David Sedaris and his sister, Amy, are two of the funniest people I've ever seen. They came from a very dysfunctional family.

For folks 60 or over please remember how it was back in the 50's or 60's. Jeff Goldblum recounted it perfectly in an interview I once saw. Goldblum grew up in an upper middle class family in Pittsburgh, his dad was an MD. He talked about how when he was a kid the family would get take out food, take a Sunday drive[remember those?], and when done eating, just throw everything out the car window @ 40mph! As someone stated, Lady Bird was key in changing that. It's still an eyesore, but not nearly as in my youth. Adopt a Highway helps some.

stengle said...

Not all of us in England do this. Not by a long way: most of us take our litter home with us.

I do accept though that the car has allowed people to get away quickly from their ill-considered and selfish actions; we also have the growth in the UK of the welfare-dependent classes who can afford cars (largely thanks to unthinking socialist policies that pay them to indulge themselves) but have never been taught to think about the world around them.

The 'chav' view is someone else will tidy up after them.

Sam L. said...

"CWJ said...

Sedaris wrote:

"...graffiti, something that had inexorably spread until people lost the will to fight against it. Then, to make themselves feel less powerless, they decided it was art."

Hadn't considered that angle. There maybe more than a little truth there.

4/25/13, 8:55 AM"

Intersection of 'the tragedy of the commons' and the 'broken-windows effect'.

ken in sc said...

I used to live on a road that led to a growing new subdivision. Construction workers were coming and going daily. Some of them would throw their household garbage in our yard, including dirty diapers.

furious_a said...

"It wasn’t like this thirty years ago,”

...same here in the U.S., but in the opposite direction. Chart litter trends vs. confidence/right track-wrong track, etc, as an indicator of societal trajectory.

Lady Bird's Beautification Act also required junkyards to be fenced.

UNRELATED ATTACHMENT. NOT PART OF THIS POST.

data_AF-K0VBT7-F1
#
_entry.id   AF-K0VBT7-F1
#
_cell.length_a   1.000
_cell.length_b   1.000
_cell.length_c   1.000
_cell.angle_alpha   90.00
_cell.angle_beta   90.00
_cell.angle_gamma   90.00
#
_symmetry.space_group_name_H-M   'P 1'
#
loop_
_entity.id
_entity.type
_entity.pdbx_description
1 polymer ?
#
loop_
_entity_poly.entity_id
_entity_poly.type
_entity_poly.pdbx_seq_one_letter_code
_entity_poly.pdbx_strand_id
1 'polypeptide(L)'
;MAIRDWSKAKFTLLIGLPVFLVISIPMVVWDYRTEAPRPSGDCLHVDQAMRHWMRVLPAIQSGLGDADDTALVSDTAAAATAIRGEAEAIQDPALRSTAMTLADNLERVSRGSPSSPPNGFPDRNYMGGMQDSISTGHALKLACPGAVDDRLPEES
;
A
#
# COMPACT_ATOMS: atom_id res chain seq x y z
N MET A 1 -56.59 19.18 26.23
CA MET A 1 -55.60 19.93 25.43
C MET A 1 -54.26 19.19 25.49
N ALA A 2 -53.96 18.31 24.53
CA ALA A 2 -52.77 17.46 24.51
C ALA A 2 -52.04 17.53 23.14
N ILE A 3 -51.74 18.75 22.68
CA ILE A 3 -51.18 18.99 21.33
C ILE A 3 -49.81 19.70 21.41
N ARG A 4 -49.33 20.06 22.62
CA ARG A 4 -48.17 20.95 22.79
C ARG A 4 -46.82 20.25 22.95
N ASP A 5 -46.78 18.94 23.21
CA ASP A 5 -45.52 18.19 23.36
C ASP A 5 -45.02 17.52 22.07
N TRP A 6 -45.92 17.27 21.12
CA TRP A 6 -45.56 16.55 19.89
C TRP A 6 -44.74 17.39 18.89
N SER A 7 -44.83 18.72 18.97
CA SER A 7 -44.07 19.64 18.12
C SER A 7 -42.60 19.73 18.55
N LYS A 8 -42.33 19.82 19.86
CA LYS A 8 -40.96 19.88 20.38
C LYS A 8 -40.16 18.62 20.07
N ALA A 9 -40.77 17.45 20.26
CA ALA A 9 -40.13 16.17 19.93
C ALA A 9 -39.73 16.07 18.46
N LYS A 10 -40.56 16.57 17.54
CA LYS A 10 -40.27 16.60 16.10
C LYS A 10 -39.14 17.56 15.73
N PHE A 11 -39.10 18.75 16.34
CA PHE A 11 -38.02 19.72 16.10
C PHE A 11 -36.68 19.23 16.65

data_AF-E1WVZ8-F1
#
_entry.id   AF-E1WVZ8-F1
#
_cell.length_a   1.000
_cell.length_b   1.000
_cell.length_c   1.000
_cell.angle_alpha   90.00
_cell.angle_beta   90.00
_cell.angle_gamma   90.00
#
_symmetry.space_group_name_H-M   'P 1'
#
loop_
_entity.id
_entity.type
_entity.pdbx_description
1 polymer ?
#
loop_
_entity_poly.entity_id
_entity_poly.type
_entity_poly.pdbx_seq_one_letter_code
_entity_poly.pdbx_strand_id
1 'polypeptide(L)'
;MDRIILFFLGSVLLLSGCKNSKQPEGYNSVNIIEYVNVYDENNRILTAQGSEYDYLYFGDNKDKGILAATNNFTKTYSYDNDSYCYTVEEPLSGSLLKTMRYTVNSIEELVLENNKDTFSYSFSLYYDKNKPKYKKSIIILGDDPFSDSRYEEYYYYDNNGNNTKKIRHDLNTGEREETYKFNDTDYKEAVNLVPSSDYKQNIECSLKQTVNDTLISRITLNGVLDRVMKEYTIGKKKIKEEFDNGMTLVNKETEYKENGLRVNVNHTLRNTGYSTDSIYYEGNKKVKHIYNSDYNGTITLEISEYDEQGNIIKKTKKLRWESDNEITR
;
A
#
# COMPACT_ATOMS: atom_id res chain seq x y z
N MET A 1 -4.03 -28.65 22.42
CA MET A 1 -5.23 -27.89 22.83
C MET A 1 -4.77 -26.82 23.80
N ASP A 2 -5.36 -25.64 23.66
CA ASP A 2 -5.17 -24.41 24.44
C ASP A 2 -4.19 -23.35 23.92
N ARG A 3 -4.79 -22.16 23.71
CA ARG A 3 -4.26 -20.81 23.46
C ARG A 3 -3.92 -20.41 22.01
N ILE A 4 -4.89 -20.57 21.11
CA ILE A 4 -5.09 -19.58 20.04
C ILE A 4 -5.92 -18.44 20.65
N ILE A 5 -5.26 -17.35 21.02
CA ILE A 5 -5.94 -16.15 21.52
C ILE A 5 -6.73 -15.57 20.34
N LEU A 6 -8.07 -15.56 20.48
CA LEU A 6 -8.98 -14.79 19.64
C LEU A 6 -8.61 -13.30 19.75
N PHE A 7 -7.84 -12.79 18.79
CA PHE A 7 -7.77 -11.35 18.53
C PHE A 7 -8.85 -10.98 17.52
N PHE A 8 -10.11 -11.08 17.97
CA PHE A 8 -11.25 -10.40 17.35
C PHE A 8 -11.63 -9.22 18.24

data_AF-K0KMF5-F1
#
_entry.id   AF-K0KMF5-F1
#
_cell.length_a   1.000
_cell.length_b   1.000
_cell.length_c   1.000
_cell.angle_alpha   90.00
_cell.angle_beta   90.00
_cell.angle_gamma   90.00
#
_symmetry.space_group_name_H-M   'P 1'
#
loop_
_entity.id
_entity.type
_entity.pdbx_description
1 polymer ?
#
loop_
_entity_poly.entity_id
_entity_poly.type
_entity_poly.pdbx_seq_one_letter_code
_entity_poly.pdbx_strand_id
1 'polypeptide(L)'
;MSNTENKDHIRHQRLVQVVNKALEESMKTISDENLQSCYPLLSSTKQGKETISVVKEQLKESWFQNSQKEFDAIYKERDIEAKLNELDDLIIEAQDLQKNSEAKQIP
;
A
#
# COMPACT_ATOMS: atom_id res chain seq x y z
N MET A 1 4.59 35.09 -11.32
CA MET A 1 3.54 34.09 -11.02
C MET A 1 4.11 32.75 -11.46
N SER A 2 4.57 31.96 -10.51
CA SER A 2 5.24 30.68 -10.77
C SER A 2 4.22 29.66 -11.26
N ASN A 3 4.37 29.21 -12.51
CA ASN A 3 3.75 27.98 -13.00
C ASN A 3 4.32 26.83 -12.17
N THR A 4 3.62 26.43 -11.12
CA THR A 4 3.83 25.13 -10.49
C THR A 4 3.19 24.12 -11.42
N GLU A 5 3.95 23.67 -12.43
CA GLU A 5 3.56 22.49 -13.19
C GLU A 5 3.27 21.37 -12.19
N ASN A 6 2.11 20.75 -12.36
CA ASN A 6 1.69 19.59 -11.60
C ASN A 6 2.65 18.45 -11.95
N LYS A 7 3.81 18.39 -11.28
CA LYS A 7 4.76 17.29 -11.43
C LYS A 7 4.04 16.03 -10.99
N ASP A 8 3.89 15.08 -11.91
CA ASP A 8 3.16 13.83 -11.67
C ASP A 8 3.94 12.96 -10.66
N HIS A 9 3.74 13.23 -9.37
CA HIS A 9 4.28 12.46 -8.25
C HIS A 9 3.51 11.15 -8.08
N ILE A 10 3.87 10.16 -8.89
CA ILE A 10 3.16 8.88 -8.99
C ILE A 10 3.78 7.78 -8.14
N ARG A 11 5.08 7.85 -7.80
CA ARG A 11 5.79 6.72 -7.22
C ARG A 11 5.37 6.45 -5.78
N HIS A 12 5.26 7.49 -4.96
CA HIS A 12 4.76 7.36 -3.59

Fernandinande said...

Sorun said... "This commercial helped."

Heh.
- The "crying Indian" wasn't an Indian (Lebanese guy, IIRC).
- I live right next to a Navajo reservation, and near a Ute reservation - they both litter a LOT.

El Pollo Real said...

Don't forget the Woodstock Nation's contribution to litter and litterature.

ricpic said...

There is no more accurate marker of the vitality of a society than its commitment to maintenance. Not building great structures or starting great projects; maintaining what is already in place. Which of course includes picking up the litter. It's a continuous effort with seemingly little in the way of reward. Which is why only a high morale society is up to it.

ed said...

A good hard caning or a cat-o-nine-tails will cure those societal ills.

Kensington said...

I moved to New York City in 2001, and it took at least a year, maybe even two, before I stopped being freaked out by all the garbage everywhere.

And I'd grown up in Chicago, which isn't exactly...tidy.

One day in Chicago I saw two teenage girls walking to the high school on the block. One of them had a big bag of chips.

She finished her chips and just dropped the big empty bag on the ground and kept walking without any thought or hesitation.

I knew we were fundamentally boned as a society right then and there.

Sharc said...

This Mad Men clip at 1:30 captures my memory of 1970's littering, which is apparently how things are still in Britain.

Robert Cook said...

"What's the W.C. Fields movie where he and his family go into a rich man's yard thinking that it is a park? That's one of the funniest scenes in film."

It's A Gift

Great movie!

Robert Cook said...

"I moved to New York City in 2001, and it took at least a year, maybe even two, before I stopped being freaked out by all the garbage everywhere."

Hmmm...I beat you by 20 years, got here in 1981. To my recall, by 2001 the city had become considerably cleaned up and fairly tidy, certainly as compared with its condition in 1981. And the subways! You should have seen them in the 80s!

I walk around the city today and I am always surprised that a city of this size and population density is as clean and neat as it is!

Biff said...

A story that mentions owls and bemoans roadside rubbish, but fails to invoke those 1970s "Give a Hoot! Don't Pollute!" commercials featuring Woodsy, the Owl? No wonder they have a trash problem!